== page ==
21. Stanford (4-2, LW: unranked, AP: 23rd)
22. Michigan State (4-1, LW: unranked, AP: 21st)
23. Notre Dame (5-1, LW: unranked, AP: 16th)
24. Utah (4-1, LW: 18th, AP: unranked)
25. Navy (5-0, LW: unranked, AP: 25th)

Also ranked in AP Poll:  Texas Tech (4-1, AP: 24th)

Fell from Rankings:  Florida (3-2, LW: 16th), Louisville (4-2, LW: 21st), Florida State (1-3, LW: 24th), West Virginia (3-1, LW: 25th)

College Football Power Rankings for Week Five

1. Clemson (5-0, Last Week: 3rd, AP Poll: 2nd)
After the Tigers’ 31-17 win at Virginia Tech, they clearly have the best resume of anyone. Clemson has three wins against the current AP Top 25 (Virginia Tech, Louisville, Auburn)–no one else has more than one–with two on the road. They are playing better than anyone, including Alabama, and have only been kept from the top spot because the Tide, who were the top-ranked team in the preseason, hasn’t struggled with anyone (more on that below). It’s the Tigers, not the Tide, with the best resume right now.

2. Alabama (5-0, LW: 1st, AP: 1st)
Pushing Alabama down to the second spot is in no way a knock to their early-season success. In fact, it’s almost unfair to knock the Tide down a spot, given their 125-3 advantage over the last two weeks, and a majority of the AP Poll voters decided not to punish Alabama for Clemson’s success, which is out of the Tide’s control. But while Alabama has simply been dominant, they don’t have the resume to match Clemson, at least not right now.

3. Oklahoma (4-0, LW: 2nd, AP: 3rd)
The Sooners are coming off a bye week, and face Iowa State on Saturday. As is the case with Alabama, Oklahoma dropping a spot is not a slight to them, but is simply because Clemson has earned the right to move up.

4. Penn State (5-0, LW: 4th, AP: 4th)
Penn State’s game against Indiana had the narrative of Nittany Lion domination from the opening kickoff, which was returned for a touchdown by Saquon Barkley, as they went on to beat Indiana 45-14, led by DaeSean Hamilton’s three receiving touchdowns. The Nittany Lions travel to Northwestern on Saturday before a bye next week, but have back-to-back games against Michigan and Ohio State lurking on Oct. 21 and Oct. 28.

5. Georgia (5-0, LW: 8th, AP: 5th)
A year after losing to Tennessee in a heartbreaking last-second Hail Mary, the Bulldogs found revenge and then some with a 41-0 drubbing in Knoxville, giving the Volunteers their worst home loss since 1905. While the Dawgs lack the resume of some of the teams above them–their best win is at Notre Dame–they have nonetheless looked more and more impressive each week.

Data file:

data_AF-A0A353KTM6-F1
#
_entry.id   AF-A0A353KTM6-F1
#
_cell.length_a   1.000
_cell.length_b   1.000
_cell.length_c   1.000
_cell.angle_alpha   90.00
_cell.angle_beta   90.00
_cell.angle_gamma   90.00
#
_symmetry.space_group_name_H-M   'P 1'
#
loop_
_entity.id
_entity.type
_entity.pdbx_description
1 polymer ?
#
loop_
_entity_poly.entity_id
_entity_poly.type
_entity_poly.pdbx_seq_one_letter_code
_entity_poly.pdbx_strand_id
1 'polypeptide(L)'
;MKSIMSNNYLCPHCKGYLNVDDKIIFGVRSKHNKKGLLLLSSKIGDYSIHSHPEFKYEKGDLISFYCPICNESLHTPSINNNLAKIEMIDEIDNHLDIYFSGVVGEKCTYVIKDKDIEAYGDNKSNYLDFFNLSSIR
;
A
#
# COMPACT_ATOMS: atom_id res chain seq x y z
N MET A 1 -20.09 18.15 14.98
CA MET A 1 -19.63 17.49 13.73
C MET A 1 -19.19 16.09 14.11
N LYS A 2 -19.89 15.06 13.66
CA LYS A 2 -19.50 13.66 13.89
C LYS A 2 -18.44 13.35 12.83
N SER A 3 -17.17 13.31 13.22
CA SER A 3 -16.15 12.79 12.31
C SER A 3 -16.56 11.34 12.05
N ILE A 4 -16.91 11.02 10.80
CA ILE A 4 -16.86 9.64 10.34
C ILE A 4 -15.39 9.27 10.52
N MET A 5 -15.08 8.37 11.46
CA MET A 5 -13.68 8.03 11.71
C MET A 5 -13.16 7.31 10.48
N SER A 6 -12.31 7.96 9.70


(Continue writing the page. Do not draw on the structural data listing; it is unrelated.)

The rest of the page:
6. Michigan (4-0, LW: 6th, AP: 7th)
The Wolverines are coming off a bye week as they face in-state rival Michigan State on Saturday night. While Michigan clearly has the better team on paper, history shows you should throw out the records and the stats as bragging rights are on the line in the Great Lake State.

7. Washington (5-0, LW: 7th, AP: 6th)
After leading by just seven at halftime, the Huskies scored 35 in the second half to pull away from Oregon State, 42-7. The Huskies schedule gets progressively tougher leading to a huge November against Oregon, Stanford, Utah and Washington State.

8. Wisconsin (4-0, LW: 9th, AP: 9th)
The Badgers held Northwestern to 25 rushing yards in a 33-24 win over the Wildcats, coming off a bye the previous week. Wisconsin will travel to Nebraska this week before back-to-back Big Ten home games with Purdue and Maryland.

9. Washington State (5-0, LW: 20th, AP: 11th)
While Washington gets a lot of the attention in the Pac-12 after reaching the College Football Playoff last year, the Cougars made their own statement on Friday night with a 30-27 win over USC. The win was the Cougars’ first over a top five opponent since 1992, and their first over USC since 2002, giving them a 5-0 record for the first time since 2001. Staying perfect won’t be easy, though, as the Cougs travel to Oregon on Saturday.

10. TCU (4-0, LW: 10th, AP: 8th)
The Horned Frogs enjoyed a bye, fresh off their big 44-31 win over Oklahoma State. TCU enters Saturday’s game against West Virginia with a 17-0 record at home as a top 10-ranked team under coach Gary Patterson.

Worth a Mention: Troy (4-1)
In 2008, Troy led LSU 31-3 before the Tigers pulled off their largest-ever comeback in a 40-31 win. Saturday, Troy was able to finish off the upset, winning 24-21 in Baton Rouge to hand the Tigers their first home non-conference loss since 2000, ending a 49-game streak. The Trojans, who were paid $985,000 to come play LSU, are now 4-1, and have steadily progressed since their season-opening loss to Boise State.

11. Ohio State (4-1, LW: 11th, AP: 10th)
12. Auburn (4-1, LW: 14th, AP: 12th)
13. Miami (3-0, LW: 13th, AP: 13th)
14. USC (4-1, LW: 5th, AP: 14th)
15. Oklahoma State (4-1, LW: 15th, AP: 15th)